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Collage and Sketching: A Look inside a Recent Journal—Part Two of Three

December 28, 2010

Part two of three, a 5-min. video on a recent collage and sketching journal.

Today I've posted a short video that is approximately 5 minutes long. It is the second part of a three-part video that covers, signature by signature, my recent collage and sketching journal. As I mentioned yesterday, this journal was made as a demonstration model in the journal class I'm currently teaching at MCBA (September 2010 to June 2011). The main goal of the class is to establish a healthy journal practice—hence the title of the class Journal Practice: Collage and Sketch. (It is just one in the Journal Practice series of classes I've taught at MCBA since 2000.)

Note, if the above embedded video doesn't work, click here to view Adjusting part 2 on YouTube.

In the second signature video I talk about how I think it's important to use your own sketches as part of the collage material when collaging. I also had one $10.00 pack of collage papers (small rectangles of various sizes) that I used throughout this book—you don't need to invest great sums in purchasing supplies!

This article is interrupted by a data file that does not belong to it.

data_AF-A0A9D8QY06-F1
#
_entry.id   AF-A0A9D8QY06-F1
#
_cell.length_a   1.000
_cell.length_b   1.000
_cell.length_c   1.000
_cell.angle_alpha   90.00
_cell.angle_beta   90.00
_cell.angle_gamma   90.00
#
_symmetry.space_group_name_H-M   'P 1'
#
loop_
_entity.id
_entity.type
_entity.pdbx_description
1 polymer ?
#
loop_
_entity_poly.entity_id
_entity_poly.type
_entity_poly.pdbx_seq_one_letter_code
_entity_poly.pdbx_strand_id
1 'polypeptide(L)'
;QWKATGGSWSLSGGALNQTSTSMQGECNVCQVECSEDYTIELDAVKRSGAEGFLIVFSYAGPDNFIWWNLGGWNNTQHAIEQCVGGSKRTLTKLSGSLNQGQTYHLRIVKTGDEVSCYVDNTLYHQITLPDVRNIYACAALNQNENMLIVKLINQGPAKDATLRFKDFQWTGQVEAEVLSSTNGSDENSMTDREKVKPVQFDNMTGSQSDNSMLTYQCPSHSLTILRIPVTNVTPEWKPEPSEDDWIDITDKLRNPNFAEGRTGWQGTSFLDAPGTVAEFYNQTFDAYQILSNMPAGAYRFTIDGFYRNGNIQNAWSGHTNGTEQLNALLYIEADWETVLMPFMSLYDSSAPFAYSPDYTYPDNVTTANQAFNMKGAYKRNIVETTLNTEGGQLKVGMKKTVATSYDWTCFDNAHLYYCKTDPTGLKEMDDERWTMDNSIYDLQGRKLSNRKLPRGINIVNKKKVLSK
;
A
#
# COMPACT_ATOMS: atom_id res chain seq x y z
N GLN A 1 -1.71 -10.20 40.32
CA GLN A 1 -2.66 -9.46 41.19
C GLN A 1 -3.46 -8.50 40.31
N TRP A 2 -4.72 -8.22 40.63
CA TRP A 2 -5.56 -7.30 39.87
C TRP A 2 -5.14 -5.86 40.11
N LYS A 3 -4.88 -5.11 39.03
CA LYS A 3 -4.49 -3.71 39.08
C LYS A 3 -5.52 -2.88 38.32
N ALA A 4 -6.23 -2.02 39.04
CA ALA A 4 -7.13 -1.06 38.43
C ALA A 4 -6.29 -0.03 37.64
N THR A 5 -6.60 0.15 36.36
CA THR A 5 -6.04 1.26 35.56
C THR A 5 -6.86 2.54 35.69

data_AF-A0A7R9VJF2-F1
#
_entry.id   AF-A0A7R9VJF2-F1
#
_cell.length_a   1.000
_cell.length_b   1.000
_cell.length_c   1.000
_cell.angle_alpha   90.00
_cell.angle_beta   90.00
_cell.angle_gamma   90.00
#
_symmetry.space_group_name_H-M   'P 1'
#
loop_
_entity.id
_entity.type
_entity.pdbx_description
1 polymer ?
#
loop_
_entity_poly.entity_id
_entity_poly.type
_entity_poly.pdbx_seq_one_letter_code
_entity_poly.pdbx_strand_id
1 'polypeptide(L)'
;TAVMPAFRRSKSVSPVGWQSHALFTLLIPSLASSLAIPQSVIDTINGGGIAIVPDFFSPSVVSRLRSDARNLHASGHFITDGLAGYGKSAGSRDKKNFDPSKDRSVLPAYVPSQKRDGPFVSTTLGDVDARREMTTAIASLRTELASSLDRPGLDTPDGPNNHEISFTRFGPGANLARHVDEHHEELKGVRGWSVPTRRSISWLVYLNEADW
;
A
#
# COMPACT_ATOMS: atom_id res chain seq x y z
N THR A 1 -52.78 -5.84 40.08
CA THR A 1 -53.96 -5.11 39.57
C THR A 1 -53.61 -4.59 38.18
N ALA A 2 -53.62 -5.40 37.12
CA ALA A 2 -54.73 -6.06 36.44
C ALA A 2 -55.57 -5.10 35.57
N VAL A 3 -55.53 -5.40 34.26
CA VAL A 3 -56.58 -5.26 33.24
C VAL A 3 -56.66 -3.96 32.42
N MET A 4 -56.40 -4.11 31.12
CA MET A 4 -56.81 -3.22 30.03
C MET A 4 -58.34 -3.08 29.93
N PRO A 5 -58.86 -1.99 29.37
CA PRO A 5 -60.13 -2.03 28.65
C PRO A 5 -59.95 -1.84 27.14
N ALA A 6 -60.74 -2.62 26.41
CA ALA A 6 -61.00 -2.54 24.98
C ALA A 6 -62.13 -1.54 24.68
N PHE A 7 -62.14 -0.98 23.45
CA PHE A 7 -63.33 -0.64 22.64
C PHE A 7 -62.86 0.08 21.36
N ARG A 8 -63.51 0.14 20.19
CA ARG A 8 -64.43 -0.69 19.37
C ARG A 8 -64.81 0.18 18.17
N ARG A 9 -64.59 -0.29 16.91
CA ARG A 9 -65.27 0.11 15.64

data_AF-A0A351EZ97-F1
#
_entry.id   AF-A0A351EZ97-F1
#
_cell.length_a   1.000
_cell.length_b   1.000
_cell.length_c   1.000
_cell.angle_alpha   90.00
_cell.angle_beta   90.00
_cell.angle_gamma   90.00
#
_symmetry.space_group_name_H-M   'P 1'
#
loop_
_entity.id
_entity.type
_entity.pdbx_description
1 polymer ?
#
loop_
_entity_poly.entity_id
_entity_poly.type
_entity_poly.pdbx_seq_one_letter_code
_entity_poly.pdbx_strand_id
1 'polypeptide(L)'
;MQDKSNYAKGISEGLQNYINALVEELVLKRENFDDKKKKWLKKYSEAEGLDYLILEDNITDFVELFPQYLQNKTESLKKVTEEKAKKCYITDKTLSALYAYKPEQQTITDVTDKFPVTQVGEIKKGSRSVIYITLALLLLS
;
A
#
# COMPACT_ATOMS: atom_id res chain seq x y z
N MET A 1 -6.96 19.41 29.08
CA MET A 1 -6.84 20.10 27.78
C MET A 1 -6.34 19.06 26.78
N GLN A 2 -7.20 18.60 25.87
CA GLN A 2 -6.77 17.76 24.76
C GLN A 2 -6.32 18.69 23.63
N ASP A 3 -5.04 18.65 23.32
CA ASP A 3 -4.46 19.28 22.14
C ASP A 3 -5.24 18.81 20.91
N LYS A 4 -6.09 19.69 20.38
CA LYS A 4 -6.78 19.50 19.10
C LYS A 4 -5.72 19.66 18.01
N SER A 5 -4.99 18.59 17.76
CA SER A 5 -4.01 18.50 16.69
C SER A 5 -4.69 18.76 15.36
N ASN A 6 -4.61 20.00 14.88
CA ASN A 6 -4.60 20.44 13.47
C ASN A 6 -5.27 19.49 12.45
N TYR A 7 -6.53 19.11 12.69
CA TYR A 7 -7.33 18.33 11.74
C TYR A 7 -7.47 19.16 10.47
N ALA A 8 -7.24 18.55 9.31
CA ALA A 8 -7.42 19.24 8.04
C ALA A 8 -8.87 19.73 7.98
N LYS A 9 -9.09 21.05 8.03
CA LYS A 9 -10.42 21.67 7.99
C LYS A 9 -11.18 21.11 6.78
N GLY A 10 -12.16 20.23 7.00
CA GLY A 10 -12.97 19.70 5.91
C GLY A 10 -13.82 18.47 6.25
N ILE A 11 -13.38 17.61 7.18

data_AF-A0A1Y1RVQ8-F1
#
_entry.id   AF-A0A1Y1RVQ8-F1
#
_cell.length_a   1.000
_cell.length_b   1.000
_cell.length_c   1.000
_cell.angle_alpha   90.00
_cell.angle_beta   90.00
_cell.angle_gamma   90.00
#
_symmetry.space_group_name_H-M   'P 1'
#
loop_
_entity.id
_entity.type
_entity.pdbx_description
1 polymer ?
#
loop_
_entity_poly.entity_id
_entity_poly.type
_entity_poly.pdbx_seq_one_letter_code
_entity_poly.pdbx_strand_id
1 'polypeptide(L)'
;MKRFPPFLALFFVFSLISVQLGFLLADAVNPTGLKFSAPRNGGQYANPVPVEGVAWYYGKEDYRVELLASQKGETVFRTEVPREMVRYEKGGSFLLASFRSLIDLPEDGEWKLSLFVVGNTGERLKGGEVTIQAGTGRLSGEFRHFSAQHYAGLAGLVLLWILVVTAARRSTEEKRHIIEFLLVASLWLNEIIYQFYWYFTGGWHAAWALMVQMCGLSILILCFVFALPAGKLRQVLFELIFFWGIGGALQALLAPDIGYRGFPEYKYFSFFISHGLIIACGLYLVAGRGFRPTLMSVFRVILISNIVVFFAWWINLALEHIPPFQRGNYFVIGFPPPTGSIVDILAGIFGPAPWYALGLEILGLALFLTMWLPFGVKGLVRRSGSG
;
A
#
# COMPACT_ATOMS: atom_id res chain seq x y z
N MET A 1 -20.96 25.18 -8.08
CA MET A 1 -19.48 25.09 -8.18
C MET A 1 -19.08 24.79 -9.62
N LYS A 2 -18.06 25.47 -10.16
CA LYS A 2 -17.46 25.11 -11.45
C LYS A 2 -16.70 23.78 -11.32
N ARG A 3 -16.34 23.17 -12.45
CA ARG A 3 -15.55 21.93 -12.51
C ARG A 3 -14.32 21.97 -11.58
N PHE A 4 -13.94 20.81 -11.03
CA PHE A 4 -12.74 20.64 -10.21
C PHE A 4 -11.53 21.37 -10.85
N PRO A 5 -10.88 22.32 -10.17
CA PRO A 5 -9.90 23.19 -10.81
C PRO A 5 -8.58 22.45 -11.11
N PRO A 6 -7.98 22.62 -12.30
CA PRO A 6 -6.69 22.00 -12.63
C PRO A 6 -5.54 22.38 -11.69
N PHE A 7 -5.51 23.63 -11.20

Think about how you use color on each spread and how that leads to the next spread and through the book. Can you work with a flow of colors either in your paper or your paints? When is this a good idea? When might it not work for you?

Think about reusing materials used earlier, e.g., a paper frame used as a stencil is used as a frame on one of these pages.

When beginning a collage book like this start your collage work before you have sewn your book together, add envelopes and paper before sewing the book together—it is often easier to glue things flat at that point. And you can always add more stuff to a page if you don't like how your original organization worked. (On one page I have an envelope added before the book was sewn. Then when I got to that page I added other collage material, as well as the envelope contents, because of the mood I was in at  the time.)